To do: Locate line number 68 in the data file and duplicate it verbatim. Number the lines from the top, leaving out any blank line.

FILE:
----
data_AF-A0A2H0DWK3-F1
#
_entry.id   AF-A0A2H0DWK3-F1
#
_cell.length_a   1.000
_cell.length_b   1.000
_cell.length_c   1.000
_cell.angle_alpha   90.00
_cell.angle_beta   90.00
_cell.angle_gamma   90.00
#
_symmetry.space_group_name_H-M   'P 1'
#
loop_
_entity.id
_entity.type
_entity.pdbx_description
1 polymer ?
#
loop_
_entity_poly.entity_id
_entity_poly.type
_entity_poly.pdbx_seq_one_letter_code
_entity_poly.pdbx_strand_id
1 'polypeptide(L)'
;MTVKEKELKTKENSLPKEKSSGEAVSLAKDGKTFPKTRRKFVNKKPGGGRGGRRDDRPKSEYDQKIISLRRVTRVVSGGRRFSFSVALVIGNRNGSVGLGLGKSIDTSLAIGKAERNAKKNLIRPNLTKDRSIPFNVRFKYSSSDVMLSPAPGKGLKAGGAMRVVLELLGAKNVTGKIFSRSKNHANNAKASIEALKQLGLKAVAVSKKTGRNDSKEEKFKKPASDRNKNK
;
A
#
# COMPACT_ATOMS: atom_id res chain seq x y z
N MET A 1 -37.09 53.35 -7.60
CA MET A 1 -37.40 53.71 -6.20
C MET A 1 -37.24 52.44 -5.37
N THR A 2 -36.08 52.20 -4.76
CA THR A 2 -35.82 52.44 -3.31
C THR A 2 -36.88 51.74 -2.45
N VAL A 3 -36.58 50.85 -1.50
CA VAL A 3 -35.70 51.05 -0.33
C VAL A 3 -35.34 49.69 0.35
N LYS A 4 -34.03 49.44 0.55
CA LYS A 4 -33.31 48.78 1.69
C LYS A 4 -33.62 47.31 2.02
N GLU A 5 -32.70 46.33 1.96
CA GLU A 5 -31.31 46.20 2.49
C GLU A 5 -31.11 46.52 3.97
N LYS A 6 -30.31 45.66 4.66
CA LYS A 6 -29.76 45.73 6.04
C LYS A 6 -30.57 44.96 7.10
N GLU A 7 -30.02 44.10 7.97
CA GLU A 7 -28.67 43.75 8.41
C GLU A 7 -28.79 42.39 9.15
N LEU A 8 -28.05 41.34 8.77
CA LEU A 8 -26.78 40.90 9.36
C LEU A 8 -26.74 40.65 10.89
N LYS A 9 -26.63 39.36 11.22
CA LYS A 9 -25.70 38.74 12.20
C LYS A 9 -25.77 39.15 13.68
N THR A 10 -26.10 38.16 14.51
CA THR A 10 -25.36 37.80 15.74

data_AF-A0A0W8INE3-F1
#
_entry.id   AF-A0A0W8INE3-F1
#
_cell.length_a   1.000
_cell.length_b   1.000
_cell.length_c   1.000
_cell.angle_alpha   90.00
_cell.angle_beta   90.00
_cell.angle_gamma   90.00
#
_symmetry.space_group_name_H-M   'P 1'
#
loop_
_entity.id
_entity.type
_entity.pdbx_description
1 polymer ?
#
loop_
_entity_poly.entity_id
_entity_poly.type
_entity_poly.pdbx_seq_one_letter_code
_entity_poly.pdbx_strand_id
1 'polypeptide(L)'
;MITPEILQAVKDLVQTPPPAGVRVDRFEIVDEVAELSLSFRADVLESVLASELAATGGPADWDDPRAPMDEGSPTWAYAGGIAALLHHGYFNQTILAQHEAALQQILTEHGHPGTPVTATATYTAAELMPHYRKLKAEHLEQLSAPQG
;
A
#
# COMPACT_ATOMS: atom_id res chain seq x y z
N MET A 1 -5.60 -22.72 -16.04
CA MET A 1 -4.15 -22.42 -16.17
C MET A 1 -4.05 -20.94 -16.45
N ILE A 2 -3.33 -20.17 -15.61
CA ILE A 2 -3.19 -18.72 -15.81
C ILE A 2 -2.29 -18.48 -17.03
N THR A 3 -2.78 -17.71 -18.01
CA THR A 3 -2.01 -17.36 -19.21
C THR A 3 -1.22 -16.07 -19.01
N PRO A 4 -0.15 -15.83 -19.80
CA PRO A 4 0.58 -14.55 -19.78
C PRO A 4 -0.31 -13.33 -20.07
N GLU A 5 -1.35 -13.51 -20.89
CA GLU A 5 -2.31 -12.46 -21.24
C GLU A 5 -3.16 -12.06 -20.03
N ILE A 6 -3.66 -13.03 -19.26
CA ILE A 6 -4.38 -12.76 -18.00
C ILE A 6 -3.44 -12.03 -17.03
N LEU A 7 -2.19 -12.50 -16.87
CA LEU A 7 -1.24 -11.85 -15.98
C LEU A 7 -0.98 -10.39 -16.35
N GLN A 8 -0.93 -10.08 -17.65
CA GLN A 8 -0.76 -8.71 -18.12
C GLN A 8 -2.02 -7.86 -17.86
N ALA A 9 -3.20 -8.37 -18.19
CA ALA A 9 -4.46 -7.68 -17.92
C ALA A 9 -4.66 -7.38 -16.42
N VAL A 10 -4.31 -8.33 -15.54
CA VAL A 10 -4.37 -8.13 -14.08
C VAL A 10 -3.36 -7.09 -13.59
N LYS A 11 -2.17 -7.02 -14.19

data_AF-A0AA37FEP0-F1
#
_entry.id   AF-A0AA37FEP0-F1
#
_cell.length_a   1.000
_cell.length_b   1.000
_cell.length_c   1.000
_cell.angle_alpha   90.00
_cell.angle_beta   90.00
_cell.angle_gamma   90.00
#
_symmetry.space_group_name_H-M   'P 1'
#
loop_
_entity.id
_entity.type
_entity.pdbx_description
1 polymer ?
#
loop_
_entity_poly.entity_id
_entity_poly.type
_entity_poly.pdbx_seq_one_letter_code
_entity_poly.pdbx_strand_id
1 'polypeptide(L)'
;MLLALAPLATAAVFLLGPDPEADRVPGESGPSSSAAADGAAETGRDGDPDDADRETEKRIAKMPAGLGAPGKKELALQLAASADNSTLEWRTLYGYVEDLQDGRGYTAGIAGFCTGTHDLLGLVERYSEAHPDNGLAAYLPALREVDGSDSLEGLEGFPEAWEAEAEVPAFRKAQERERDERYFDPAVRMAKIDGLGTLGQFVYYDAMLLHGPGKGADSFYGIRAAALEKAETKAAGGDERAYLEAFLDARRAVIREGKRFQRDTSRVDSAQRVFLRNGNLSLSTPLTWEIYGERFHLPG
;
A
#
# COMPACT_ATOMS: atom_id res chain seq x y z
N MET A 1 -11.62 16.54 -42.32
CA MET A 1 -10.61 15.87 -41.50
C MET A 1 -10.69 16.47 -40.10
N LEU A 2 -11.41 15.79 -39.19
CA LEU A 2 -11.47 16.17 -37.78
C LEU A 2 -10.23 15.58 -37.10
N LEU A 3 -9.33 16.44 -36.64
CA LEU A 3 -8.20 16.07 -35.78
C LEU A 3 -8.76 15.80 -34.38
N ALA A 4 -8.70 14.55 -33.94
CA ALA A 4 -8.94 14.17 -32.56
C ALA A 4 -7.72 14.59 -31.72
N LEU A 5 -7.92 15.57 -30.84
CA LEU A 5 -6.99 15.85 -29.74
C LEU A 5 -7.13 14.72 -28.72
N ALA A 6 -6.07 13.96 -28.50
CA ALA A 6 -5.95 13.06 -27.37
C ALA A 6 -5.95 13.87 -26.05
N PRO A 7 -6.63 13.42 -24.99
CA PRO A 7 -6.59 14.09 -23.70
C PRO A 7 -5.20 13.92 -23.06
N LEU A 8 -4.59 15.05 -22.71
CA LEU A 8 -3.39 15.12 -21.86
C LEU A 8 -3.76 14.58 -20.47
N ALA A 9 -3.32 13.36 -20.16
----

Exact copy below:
_cell.angle_beta   90.00